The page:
Legislature(2003 - 2004)
04/24/2003 08:06 AM STA
* first hearing in first committee of referral
= bill was previously heard/scheduled
= bill was previously heard/scheduled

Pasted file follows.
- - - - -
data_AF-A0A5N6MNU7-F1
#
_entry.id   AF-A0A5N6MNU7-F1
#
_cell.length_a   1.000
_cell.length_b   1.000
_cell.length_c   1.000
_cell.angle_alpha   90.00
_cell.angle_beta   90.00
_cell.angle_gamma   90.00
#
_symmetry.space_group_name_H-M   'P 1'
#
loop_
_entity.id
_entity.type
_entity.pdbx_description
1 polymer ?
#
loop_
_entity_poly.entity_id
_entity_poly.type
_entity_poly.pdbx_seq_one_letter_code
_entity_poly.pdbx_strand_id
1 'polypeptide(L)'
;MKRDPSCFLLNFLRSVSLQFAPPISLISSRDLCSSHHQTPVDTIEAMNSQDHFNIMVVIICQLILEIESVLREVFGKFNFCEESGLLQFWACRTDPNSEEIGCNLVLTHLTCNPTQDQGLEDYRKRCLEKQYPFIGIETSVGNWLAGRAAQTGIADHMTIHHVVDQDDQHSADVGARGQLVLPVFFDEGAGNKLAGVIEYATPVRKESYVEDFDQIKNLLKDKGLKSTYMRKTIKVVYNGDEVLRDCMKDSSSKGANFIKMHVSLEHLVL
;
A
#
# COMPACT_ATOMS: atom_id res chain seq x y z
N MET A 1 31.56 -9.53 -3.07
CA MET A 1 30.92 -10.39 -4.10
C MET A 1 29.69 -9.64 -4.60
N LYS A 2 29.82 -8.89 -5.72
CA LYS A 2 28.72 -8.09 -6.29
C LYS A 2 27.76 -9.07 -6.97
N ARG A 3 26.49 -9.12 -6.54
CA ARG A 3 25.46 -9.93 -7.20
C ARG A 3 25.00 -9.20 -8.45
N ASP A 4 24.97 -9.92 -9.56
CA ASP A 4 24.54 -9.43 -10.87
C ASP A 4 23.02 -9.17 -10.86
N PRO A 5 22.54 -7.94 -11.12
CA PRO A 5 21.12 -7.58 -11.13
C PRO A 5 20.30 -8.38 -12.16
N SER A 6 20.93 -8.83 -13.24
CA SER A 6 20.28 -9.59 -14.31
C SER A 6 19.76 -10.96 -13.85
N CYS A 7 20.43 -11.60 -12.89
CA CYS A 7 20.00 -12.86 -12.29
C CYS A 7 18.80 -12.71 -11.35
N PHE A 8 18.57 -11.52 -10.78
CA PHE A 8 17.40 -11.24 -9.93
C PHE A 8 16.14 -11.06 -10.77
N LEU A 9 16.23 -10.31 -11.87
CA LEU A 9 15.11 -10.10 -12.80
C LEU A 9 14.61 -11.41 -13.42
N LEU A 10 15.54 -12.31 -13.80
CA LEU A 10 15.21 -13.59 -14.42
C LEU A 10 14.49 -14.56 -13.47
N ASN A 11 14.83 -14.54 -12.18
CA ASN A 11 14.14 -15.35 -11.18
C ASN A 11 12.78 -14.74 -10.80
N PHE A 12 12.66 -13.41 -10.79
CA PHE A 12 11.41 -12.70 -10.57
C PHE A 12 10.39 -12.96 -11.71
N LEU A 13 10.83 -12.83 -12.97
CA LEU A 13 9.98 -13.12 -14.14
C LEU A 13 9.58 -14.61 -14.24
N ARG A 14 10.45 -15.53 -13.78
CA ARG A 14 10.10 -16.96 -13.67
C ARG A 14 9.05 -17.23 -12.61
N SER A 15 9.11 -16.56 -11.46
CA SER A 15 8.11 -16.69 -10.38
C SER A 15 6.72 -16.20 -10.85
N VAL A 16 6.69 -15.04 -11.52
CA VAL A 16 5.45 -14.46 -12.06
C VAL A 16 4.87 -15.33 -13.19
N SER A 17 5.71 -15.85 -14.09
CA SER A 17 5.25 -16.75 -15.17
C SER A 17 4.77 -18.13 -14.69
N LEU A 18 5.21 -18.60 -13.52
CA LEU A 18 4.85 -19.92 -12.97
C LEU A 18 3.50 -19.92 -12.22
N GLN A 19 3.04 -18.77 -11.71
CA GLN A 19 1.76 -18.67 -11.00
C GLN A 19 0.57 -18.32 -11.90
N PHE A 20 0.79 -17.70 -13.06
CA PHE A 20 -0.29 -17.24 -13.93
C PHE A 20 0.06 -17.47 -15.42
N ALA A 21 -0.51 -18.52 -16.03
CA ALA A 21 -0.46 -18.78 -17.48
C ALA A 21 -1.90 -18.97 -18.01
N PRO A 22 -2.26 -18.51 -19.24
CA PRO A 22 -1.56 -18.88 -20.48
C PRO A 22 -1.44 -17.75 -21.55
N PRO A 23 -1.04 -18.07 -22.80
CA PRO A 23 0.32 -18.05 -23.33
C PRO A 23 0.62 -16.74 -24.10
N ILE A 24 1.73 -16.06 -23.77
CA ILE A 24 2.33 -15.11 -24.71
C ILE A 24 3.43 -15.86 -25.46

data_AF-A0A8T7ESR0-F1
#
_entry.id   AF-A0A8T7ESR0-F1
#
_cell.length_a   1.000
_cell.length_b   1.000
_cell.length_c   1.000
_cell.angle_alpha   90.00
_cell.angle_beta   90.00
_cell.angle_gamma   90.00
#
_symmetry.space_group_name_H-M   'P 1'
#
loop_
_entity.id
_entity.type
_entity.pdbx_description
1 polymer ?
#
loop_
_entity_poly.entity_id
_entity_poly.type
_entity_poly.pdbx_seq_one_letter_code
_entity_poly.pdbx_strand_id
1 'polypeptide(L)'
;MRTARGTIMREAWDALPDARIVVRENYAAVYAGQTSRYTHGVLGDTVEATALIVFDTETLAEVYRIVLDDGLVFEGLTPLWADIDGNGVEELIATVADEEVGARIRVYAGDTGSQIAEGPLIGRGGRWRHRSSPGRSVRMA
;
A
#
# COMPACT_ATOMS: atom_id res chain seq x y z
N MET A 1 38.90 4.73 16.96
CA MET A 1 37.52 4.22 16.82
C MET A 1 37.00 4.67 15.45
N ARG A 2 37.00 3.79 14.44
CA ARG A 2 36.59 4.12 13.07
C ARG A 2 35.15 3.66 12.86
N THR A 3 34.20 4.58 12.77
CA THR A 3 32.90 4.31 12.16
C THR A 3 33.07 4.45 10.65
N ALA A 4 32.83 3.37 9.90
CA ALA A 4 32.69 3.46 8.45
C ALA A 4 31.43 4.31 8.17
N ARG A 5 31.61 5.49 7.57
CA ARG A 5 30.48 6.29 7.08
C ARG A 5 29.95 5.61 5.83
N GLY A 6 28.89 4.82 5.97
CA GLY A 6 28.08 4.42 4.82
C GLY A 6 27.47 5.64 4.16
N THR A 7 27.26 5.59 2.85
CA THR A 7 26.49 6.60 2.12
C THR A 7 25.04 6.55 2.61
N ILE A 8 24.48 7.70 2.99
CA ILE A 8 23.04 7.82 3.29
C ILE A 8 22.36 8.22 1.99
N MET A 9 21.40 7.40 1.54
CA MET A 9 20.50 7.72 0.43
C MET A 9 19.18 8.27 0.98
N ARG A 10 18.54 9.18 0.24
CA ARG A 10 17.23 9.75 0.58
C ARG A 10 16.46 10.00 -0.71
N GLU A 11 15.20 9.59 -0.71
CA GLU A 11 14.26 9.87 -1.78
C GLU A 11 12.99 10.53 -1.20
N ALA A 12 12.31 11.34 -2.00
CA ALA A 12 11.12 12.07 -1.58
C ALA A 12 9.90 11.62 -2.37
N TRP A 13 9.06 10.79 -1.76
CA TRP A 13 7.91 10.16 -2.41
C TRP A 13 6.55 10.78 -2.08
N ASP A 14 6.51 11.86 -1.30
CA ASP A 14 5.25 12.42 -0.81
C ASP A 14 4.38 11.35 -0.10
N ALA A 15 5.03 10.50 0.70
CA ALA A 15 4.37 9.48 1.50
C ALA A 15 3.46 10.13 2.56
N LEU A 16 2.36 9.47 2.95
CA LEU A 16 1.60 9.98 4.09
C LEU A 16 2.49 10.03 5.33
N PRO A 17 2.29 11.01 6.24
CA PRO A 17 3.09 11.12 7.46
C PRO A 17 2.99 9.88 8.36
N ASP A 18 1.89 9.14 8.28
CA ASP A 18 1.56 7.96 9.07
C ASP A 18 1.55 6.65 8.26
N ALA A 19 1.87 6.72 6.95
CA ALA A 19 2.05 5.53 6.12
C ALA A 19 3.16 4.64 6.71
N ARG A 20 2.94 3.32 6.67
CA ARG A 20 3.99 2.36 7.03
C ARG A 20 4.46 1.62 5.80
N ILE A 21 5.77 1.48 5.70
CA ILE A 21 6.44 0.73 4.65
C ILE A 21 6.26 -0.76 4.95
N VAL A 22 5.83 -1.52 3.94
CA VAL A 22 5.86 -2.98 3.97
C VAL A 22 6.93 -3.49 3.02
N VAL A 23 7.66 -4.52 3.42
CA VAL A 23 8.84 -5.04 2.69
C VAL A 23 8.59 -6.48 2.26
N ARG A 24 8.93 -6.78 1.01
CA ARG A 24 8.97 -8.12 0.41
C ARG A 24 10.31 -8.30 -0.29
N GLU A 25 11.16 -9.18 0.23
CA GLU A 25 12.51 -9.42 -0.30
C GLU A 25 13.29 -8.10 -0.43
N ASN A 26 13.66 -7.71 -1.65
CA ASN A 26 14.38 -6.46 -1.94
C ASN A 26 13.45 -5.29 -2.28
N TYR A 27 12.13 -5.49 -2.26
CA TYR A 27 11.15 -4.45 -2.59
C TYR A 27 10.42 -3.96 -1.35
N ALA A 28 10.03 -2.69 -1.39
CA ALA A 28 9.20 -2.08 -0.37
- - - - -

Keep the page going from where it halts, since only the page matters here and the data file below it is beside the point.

HB 250-STATE CONTRACTS CHAIR WEYHRAUCH announced that the next order of business was HOUSE BILL NO. 250, "An Act relating to protests of state contract awards, to claims on state contracts, to the arbitration of certain state construction contract claims, and to hearings and appeals under the State Procurement Code; making conforming amendments in the State Procurement Code; and providing for an effective date." Number 0285 REPRESENTATIVE HOLM, Alaska State Legislature, spoke as the sponsor of HB 250. He informed the committee that HB 250 was legislation negotiated between the Department of Transportation & Public Facilities' procurement officers and the Associated General Contractors (AGC). Representative Holm paraphrased the following sponsor statement: Construction claims occur when parties to the contract disagree as to whether a specific element of a project is within the scope of work defined by a construction contract. For projects undertaken by the State of Alaska, the Alaska procurement code defines a process for resolving those differences. Ideally such a process should resolve differences in a fair and expeditious manner. At this time, however, the perception in the construction community is that the process has slowly deteriorated so that it is no longer fair or expeditious. As now prescribed, when a contractor files a claim, the procurement officer involved with the claim initially evaluates the claim and issues a ruling on the perceived merits. If the contractor is not satisfied, an appeal is made to the procurement officer's supervisor. There is no review by an independent party unless a contractor elects to appeal the supervisor's decision. Even then, the hearing officer is selected by the state, which raises concern about the true independence of the hearing officers, since the state has sole discretion to maintain the hearing officer list. Delays are rampant. Justice is delayed. Contractors are forced to expend money defending their claim, but that money cannot be recovered in the process. Small contractors cannot afford to participate in the claims process because of these costs. Claims of less than $250,000 are frequently not pursued because of the great expense involved. The entire process is ripe for review and revision. The purpose of HB 250 is to modify the construction claims process to once again create a fair and expeditious claims process. Specifically, HB 250 will modify the procurement code pertaining to construction claims in the following manner: 1. If a procurement officer does not issue a written decision by the due date, the contractor may seek arbitration. 2. On appeals of all construction claims, the parties can agree to binding arbitration. 3. The timelines for decisions have been tightened, and redundant requirements have been eliminated. 4. An arbitrator or hearing officer who does not issue a decision by the deadline is disqualified for a year. 5. Qualifications for arbitrators and hearing officers will be established by the commissioner of administration in regulation. 6. The contractor is entitled to recover some of the claims costs incurred. Prompt passage of HB 250 will expedite contractor's claims and return fairness to the process. REPRESENTATIVE HOLM concluded by urging the prompt passage of HB 250, adding that there is nearly $400 million worth of work for the fiscal year 2003. Number 0638 MARK O'BRIEN, Chief Contracts Officer, Contracting, Procurement and Appeals, Office of the Commissioner, Department of Transportation & Public Facilities (DOT&PF), explained that about two years ago the department began a process with the AGC in order to review revisions to the claims process. The discussions resulted in review of a way to improve the process such that it was faster, fairer, and less expensive. In terms of faster, the legislation proposes specific timeframes where there were none and shortens existing timeframes by which action must be taken to keep the claims moving forward. Arbitration is offered as an alternative to the hearing officer process. Mr. O'Brien related the general belief that arbitration process offers a faster and fairer resolution. Furthermore, this legislation makes arbitration final and there is no lengthy court appeal process. With regard to fairer, the arbitration process together with regulations govern the selection. The contractors and the state believe that it will provide an opportunity to provide a true, fair, and neutral third party to hear the claim. The less expensive aspect is [borne through] arbitration, which is generally considered less formal, more expeditious, and therefore a less expensive process. Additionally, he said, there will be no additional cost for appeals under arbitration, with very few exceptions. MR. O'BRIEN noted that the only issue that the administration can't completely agree with the AGC on are the provisions for cost and fee. He explained that Rule 79 and 82 [of the Alaska Rules of Civil Procedure] allow the contractor and the state, if they are the prevailing party, to recover partial fees under different circumstances. For example, if there was a $2 million claim and the arbitrator awarded the contractor $50,000, the arbitrator would estimate that the Rule 82 fees and Rule 79 costs would amount to about $73,000. If one were to apply those figures to the last 11 years worth of cases on claims and average out the costs depending upon the prevailing party, it would amount to about $145,000 a year in additional claims costs. Mr. O'Brien informed the committee that the arbitrator has the authority, based on factors such as complexity or length of litigation, to increase those costs. Therefore, the $145,000 a year in additional claims costs represents the minimum additional cost estimate based on the past 11 years worth of claims history. Mr. O'Brien highlighted that these fees aren't eligible for reimbursement under the federal aid provisions. Most of the claims are funded under federal appropriations, and therefore the additional costs would be obligations. Number 0993 CHAIR WEYHRAUCH posed a situation in which there is a dispute between DOT&PF and a contractor and the dispute goes to court where there is a prevailing party. He asked if the state or the contractor are entitled to attorney fees incurred before the administrative part of the dispute. MR. O'BRIEN replied no and specified that those aren't recoverable fees. Past court decisions have held that the claimant isn't eligible to recover cost and fees for hearings under the administrative process. Number 1125 DICK CATTANACH, Executive Director, Associated General Contractors of Alaska, testified in support of HB 250 and thanked the sponsor. Mr. Cattanach related that contractors currently view the process as very expensive. [Due to technical difficulties, the committee held HB 250 until later in the meeting and had Mr. Cattanach call back. In the meantime, the committee turned attention to other legislation.] HB 250-STATE CONTRACTS CHAIR WEYHRAUCH returned to the discussion on HOUSE BILL NO. 250 "An Act relating to protests of state contract awards, to claims on state contracts, to the arbitration of certain state construction contract claims, and to hearings and appeals under the State Procurement Code; making conforming amendments in the State Procurement Code; and providing for an effective date." Number 1499 DICK CATTANACH, Executive Director, Associated General Contractors of Alaska, returning to the issue of cost, informed the committee that a contractor who had settled a claim for $530,000 settled because the contractor couldn't afford to go any further. The contractor had already spent over $25 million. The construction industry believes that the cost of the claim is sometimes used to delay the claim, and therefore the contractors are at a disadvantage when dealing with an organization as large as the state, which can financially outlast the contractor. Therefore, the cost containment provisions which bring in Rules 68, 79, and 82 of the Alaska Rules of Civil Procedure are important elements of this legislation. Mr. Cattanach urged the committee to support HB 250. Number 1540 RICHARD J. MONKMAN, Assistant Attorney General, Transportation Section, Civil Division (Juneau), Department of Law, explained that HB 250 provides for arbitration at the contractor's request for claims under $250,000, which provides for a faster and final decision on those claims. For claims above $250,000, if the contractor and department agree, those claims can also be arbitrated. Again, a faster and more final decision is provided. CHAIR WEYHRAUCH asked if parties can still agree not to have attorney fees and costs awarded in an arbitration. Or does the legislation require such. MR. MONKMAN specified that HB 250 would allow the prevailing party to request attorney fees and costs in accordance with the Alaska Rules of Civil Procedure. Therefore, the prevailing party would have the right, in either arbitration [or a hearing], to [request] attorney fees and costs from the other side. CHAIR WEYHRAUCH mentioned that many times parties want to go to arbitration, but don't want to have the possibility of having attorney fees and costs awarded against one another. He asked if the parties can agree to go to arbitration with each party bearing their own fees and costs. MR. MONKMAN answered that he supposed that could be the case. However, either party would have a statutory right to claim those fees and costs. The provision in HB 250 references the Uniform Arbitration Act, which has broad language allowing the parties to agree to the parameters of an arbitration and to the boundaries of an arbitrator's award. Mr. Monkman clarified that although he hasn't looked at that question specifically, he believes the parties could agree to waive the attorney fees and costs. Number 1727 REPRESENTATIVE GRUENBERG directed attention Section 7 and acknowledged the chair's concern with regard to the word "shall." Representative Gruenberg related his belief that Alaska's current rules of civil procedure would allow a party to waive attorney fees. Actually, the aforementioned does occur, he added, when one doesn't make an application for it. MR. MONKMAN agreed. REPRESENTATIVE GRUENBERG turned to Section 7(b), specifically the reference to Rule 68. He noted that there is also a statutory offer of judgment in AS 09.30.065. Basically, an offer of judgment allows a person to make an offer of judgment. For example, if a person is offered a better deal, but the offeree rejects it and the case is forced to go to trial, the attorney fees can be obtained and any resulting interest goes to [the offeror]. Although the court rule and the statute work together, the statute isn't referenced in HB 250. He asked if the statute was intentionally not referenced or should the legislation be amended to include it. MR. MONKMAN related his belief that the when Legislative Legal and Research Services reviewed the legislation, it was felt that the reference to the rule was sufficient to bring offers of judgment. Mr. Monkman said he didn't have any particular objection to referencing the statute, although the rule alone is probably adequate for these purposes. REPRESENTATIVE GRUENBERG suggested that members should review the statute and the rule so that they will see there really is a difference. If this legislation only provides the benefit of the rule, then the parties aren't being provided the full benefit of the offer of judgment scheme. Representative Gruenberg explained that the court rule provides that one can obtain actual costs, which can include enhanced attorney fees. The statute refers to certain deadlines and specifies that one can recover 75 percent of the attorney fees and [lower] depending upon when the offer occurs. He wasn't sure whether it would require additional work. He inquired as to Mr. Monkman's view on including the statute. MR. MONKMAN related his belief that the percentage of recovery referred to by Representative Gruenberg is included in Rule 68 itself. Mr. Monkman characterized Rule 68 as the "meet or beat" provision of the civil rules. Rule 68 is there to enhance the possibility of settlement and to encourage the parties, early in litigation, to realistically evaluate their claim and possibility of succeeding. Most claims, like most court cases, settle. Mr. Monkman explained that under Rule 68 the offeror reviews the case and relates that the claim is worth a specified amount. The offeree can take the money or go to a hearing and try to beat the offer. If the offeree doesn't beat the offer, the offeree will have to pay for [the offeror's] attorney fees, costs, and enhanced interest. Therefore, it's an important piece of the legislation. Number 2086 CHAIR WEYHRAUCH pointed out that Rule 68 references Title 9, the offer of judgment statute. Chair Weyhrauch explained that the committee will receive copies of the rules. He announced that if there was going to be a conceptual amendment he wanted it to occur today in order to move the legislation today. REPRESENTATIVE GRUENBERG related his understanding that the current amended Rule 68 is tied closely to the statute. MR. MONKMAN agreed and explained that's why the legislation only included the rule. CHAIR WEYHRAUCH noted that the intent is to include any statutory provision that would allow parties to deal with offers of judgment. REPRESENTATIVE GRUENBERG announced that he wouldn't offer a conceptual amendment. He noted that the House recently passed the revised Uniform Arbitration Act and asked if anything in HB 250 needs to conform to that. REPRESENTATIVE BERKOWITZ said that he couldn't say. CHAIR WEYHRAUCH, speaking as a cosponsor of the revised Uniform Arbitration Act, said that he didn't see anything [that necessitated conformity]. MR. MONKMAN informed the committee that HB 250 was drafted with the expectation that the revised Uniform Arbitration Act would be passed. CHAIR WEYHRAUCH, upon determining there was no one else who wished to testify, closed public testimony. Number 2230 REPRESENTATIVE HOLM moved to report CSHB 250(L&C) out of committee with individual recommendations and the accompanying fiscal notes. There being no objection, it was so ordered.